The End of Germany's Industry?
Electricity costs are causing big problems for Germany's industry. Womble Bond Dickinson and Leigh Day act on equal pay claim. DLA Piper advise on PlayUp merger.
Today's read (13 minutes):
- The End of Germany's Industry?
- How the UK Mini-Budget will impact Law Firms and their Clients.
- Case: Womble Bond Dickinson and Leigh Day act on equal pay claim
- Deal: DLA Piper advise on PlayUp merger
- A roundup of the top business news of the week
plus answers to your questions!
The End of Germany's Industry?
The strength of Germany's industry has been undeniable for a long time, allowing the country to become a leading global economy. However, this could change as the German industrial sector faces off with spiralling energy costs.
The electricity price for next year has already increased 15-fold, and the price of gas ten-fold.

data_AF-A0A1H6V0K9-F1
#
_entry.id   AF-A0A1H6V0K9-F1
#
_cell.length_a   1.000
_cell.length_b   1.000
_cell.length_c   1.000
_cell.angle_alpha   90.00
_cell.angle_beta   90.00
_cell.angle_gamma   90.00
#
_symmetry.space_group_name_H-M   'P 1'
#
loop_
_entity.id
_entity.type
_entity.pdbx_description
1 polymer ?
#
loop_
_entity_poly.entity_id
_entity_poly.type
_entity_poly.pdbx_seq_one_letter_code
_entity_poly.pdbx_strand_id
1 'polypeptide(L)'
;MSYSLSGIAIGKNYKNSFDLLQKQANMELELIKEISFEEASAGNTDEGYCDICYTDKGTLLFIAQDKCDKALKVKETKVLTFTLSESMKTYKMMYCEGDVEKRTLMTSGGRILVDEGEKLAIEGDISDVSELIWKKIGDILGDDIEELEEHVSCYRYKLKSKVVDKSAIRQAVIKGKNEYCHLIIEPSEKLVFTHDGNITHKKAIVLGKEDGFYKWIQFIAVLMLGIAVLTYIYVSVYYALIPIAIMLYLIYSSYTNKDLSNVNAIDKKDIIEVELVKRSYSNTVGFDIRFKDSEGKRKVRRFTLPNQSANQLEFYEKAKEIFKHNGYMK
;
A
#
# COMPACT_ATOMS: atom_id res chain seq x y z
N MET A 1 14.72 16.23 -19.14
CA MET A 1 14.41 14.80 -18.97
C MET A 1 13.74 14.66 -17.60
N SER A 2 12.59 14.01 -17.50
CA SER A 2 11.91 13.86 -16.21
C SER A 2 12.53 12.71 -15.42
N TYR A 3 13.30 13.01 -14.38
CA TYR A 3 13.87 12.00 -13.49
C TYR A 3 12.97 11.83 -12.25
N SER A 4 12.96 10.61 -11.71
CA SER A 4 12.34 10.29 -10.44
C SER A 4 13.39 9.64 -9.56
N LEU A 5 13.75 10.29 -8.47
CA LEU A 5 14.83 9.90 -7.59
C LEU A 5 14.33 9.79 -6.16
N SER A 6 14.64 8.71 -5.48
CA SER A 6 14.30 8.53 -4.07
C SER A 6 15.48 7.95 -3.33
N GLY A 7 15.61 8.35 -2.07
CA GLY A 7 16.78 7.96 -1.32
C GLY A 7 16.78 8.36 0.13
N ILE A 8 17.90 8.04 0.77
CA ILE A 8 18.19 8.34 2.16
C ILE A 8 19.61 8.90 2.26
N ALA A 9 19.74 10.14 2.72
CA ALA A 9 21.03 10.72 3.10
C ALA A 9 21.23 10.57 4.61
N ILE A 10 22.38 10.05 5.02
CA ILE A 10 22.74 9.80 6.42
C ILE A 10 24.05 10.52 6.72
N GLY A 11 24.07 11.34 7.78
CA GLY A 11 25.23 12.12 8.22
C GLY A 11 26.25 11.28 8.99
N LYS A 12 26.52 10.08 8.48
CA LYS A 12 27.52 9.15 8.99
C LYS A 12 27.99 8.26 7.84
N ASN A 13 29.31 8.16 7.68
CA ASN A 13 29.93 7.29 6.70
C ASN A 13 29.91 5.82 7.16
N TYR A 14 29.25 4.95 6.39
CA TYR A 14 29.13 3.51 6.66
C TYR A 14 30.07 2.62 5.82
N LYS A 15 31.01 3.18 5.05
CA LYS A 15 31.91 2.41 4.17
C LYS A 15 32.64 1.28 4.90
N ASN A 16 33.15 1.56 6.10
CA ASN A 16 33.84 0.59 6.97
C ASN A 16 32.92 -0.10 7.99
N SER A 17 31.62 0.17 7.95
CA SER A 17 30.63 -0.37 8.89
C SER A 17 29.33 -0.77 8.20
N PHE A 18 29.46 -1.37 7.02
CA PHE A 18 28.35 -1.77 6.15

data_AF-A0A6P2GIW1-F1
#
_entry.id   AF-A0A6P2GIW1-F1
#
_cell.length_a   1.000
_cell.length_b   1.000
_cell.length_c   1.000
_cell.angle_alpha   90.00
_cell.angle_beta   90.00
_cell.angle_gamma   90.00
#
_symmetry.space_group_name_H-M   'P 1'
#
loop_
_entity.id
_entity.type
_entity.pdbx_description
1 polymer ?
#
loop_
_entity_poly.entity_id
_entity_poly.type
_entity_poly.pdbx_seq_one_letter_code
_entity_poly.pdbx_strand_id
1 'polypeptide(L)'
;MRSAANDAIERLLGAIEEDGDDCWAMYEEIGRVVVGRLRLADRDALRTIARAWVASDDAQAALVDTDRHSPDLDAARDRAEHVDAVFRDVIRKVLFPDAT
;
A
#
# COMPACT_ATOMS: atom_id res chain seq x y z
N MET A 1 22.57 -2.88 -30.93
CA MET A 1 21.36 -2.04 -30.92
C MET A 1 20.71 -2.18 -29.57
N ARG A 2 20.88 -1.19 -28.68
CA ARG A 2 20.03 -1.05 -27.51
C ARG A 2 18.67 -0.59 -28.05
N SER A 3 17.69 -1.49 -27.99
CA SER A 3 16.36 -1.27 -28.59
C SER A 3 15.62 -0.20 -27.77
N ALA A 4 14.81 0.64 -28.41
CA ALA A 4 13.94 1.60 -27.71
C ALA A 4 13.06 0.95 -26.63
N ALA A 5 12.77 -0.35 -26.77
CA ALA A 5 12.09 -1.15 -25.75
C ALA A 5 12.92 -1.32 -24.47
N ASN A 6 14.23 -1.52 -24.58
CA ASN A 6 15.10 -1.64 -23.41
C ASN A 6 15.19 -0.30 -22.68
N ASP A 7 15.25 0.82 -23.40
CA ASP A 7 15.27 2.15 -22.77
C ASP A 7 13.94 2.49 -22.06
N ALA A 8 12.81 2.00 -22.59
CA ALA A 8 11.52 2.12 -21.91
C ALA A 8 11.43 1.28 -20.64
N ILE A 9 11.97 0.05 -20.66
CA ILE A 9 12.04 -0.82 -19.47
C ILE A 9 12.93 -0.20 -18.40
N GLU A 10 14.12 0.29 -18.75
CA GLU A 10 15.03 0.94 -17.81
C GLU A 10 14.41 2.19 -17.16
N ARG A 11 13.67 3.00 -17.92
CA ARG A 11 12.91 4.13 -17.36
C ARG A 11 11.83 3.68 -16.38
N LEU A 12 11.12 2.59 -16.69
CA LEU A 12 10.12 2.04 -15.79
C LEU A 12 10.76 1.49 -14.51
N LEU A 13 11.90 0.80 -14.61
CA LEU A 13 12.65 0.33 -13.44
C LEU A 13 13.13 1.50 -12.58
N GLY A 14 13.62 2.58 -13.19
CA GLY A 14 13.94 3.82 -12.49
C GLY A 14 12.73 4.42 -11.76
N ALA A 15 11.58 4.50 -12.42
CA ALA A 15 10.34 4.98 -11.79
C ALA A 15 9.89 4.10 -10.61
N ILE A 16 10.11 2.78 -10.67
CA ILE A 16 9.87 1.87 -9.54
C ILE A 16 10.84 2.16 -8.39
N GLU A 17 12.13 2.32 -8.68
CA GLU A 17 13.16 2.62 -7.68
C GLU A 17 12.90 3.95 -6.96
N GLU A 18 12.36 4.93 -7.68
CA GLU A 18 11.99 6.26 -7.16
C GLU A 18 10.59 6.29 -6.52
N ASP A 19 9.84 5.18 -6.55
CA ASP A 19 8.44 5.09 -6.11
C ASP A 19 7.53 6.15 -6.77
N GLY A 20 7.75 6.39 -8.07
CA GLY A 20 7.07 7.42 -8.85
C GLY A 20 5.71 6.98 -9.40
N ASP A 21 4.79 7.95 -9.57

In July, the industry consumed 21% less gas than in the same month last year. That is in part because firms used energy more efficiently. But the fall was primarily due to a dramatic reduction in output. In June, the Kiel Institute for the World Economy, a think tank, revised down its forecast of GDP growth in 2022 by 0.7 percentage points to 1.4%. It expects the economy to contract in 2023 and inflation to rise to 8.7%.
The results are in plain sight. German blue chip stocks have suffered more amid this year’s market turmoil than counterparts elsewhere, dropping by 27% since January in dollar terms, almost twice the fall in Britain’s FTSE 100 or America’s S&P 500 index.
How does this impact law firms' clients?
- Higher Energy costs = reduced production and issues in supply chains.
The impact on clients is not the same across the board and will likely hit many of Germany's top industries.
Smaller companies are struggling more than bigger ones. A recent survey of 100 medium-sized multinationals found that almost a quarter of firms with fewer than 1,000 employees have cancelled or declined orders or are planning to do so, compared with 11% of those with more than 1,000 staff.